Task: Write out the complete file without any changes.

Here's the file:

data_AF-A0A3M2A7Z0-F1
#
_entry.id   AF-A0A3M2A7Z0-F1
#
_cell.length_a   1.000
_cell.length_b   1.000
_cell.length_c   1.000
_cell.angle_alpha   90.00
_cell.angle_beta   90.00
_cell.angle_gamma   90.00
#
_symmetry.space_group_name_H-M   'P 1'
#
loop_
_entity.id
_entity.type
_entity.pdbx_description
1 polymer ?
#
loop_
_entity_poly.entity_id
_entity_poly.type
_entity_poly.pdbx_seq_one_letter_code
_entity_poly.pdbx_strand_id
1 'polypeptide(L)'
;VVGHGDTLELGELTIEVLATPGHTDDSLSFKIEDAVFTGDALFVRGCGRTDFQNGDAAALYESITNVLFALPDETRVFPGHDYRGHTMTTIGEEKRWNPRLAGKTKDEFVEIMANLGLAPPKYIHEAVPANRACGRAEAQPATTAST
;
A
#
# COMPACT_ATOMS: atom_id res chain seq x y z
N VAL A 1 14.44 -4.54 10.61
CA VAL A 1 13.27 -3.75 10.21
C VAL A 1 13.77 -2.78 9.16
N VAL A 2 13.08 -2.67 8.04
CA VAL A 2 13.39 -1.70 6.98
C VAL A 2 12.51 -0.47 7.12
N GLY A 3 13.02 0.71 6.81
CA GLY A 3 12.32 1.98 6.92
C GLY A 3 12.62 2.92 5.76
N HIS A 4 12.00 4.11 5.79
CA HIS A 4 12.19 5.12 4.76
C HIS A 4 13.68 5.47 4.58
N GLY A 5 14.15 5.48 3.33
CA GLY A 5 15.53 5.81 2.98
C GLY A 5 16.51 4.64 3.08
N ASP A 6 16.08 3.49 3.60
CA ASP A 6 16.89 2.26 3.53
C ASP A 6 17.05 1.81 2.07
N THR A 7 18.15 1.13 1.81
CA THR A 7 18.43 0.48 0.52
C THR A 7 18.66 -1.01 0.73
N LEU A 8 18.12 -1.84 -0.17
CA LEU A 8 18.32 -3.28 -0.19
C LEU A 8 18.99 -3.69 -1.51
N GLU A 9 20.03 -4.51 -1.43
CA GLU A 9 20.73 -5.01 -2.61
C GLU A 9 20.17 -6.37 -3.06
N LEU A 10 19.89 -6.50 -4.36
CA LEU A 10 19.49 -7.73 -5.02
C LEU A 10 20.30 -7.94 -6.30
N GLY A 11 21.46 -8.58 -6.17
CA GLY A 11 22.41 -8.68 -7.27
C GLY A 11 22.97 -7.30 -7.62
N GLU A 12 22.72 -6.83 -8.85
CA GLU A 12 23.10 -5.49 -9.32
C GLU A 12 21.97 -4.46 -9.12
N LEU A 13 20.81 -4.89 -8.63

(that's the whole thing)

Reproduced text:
data_AF-A0A3M2A7Z0-F1
#
_entry.id   AF-A0A3M2A7Z0-F1
#
_cell.length_a   1.000
_cell.length_b   1.000
_cell.length_c   1.000
_cell.angle_alpha   90.00
_cell.angle_beta   90.00
_cell.angle_gamma   90.00
#
_symmetry.space_group_name_H-M   'P 1'
#
loop_
_entity.id
_entity.type
_entity.pdbx_description
1 polymer ?
#
loop_
_entity_poly.entity_id
_entity_poly.type
_entity_poly.pdbx_seq_one_letter_code
_entity_poly.pdbx_strand_id
1 'polypeptide(L)'
;VVGHGDTLELGELTIEVLATPGHTDDSLSFKIEDAVFTGDALFVRGCGRTDFQNGDAAALYESITNVLFALPDETRVFPGHDYRGHTMTTIGEEKRWNPRLAGKTKDEFVEIMANLGLAPPKYIHEAVPANRACGRAEAQPATTAST
;
A
#
# COMPACT_ATOMS: atom_id res chain seq x y z
N VAL A 1 14.44 -4.54 10.61
CA VAL A 1 13.27 -3.75 10.21
C VAL A 1 13.77 -2.78 9.16
N VAL A 2 13.08 -2.67 8.04
CA VAL A 2 13.39 -1.70 6.98
C VAL A 2 12.51 -0.47 7.12
N GLY A 3 13.02 0.71 6.81
CA GLY A 3 12.32 1.98 6.92
C GLY A 3 12.62 2.92 5.76
N HIS A 4 12.00 4.11 5.79
CA HIS A 4 12.19 5.12 4.76
C HIS A 4 13.68 5.47 4.58
N GLY A 5 14.15 5.48 3.33
CA GLY A 5 15.53 5.81 2.98
C GLY A 5 16.51 4.64 3.08
N ASP A 6 16.08 3.49 3.60
CA ASP A 6 16.89 2.26 3.53
C ASP A 6 17.05 1.81 2.07
N THR A 7 18.15 1.13 1.81
CA THR A 7 18.43 0.48 0.52
C THR A 7 18.66 -1.01 0.73
N LEU A 8 18.12 -1.84 -0.17
CA LEU A 8 18.32 -3.28 -0.19
C LEU A 8 18.99 -3.69 -1.51
N GLU A 9 20.03 -4.51 -1.43
CA GLU A 9 20.73 -5.01 -2.61
C GLU A 9 20.17 -6.37 -3.06
N LEU A 10 19.89 -6.50 -4.36
CA LEU A 10 19.49 -7.73 -5.02
C LEU A 10 20.30 -7.94 -6.30
N GLY A 11 21.46 -8.58 -6.17
CA GLY A 11 22.41 -8.68 -7.27
C GLY A 11 22.97 -7.30 -7.62
N GLU A 12 22.72 -6.83 -8.85
CA GLU A 12 23.10 -5.49 -9.32
C GLU A 12 21.97 -4.46 -9.12
N LEU A 13 20.81 -4.89 -8.63